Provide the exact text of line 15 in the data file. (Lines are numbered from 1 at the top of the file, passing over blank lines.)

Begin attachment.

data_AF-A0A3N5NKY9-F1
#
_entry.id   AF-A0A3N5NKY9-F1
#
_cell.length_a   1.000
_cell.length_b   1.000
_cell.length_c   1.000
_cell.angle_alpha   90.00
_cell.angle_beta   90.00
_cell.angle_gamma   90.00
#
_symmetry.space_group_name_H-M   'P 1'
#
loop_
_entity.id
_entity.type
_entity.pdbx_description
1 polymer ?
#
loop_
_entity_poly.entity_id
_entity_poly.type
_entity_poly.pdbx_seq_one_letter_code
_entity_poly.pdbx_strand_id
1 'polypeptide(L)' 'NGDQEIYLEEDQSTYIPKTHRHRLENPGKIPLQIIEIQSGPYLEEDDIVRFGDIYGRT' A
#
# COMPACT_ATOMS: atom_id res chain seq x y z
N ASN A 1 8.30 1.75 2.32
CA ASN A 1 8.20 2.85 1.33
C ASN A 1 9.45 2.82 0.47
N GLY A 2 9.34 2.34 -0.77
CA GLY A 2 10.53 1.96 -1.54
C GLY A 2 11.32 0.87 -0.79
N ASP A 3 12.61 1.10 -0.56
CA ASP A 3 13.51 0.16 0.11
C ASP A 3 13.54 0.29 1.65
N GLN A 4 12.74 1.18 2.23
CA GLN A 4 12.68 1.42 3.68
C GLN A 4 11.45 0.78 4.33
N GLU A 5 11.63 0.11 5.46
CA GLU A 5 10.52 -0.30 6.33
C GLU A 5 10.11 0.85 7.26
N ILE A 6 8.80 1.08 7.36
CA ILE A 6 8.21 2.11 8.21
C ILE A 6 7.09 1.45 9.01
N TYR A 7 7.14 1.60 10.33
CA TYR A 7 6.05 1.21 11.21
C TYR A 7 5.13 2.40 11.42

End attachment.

_entity.id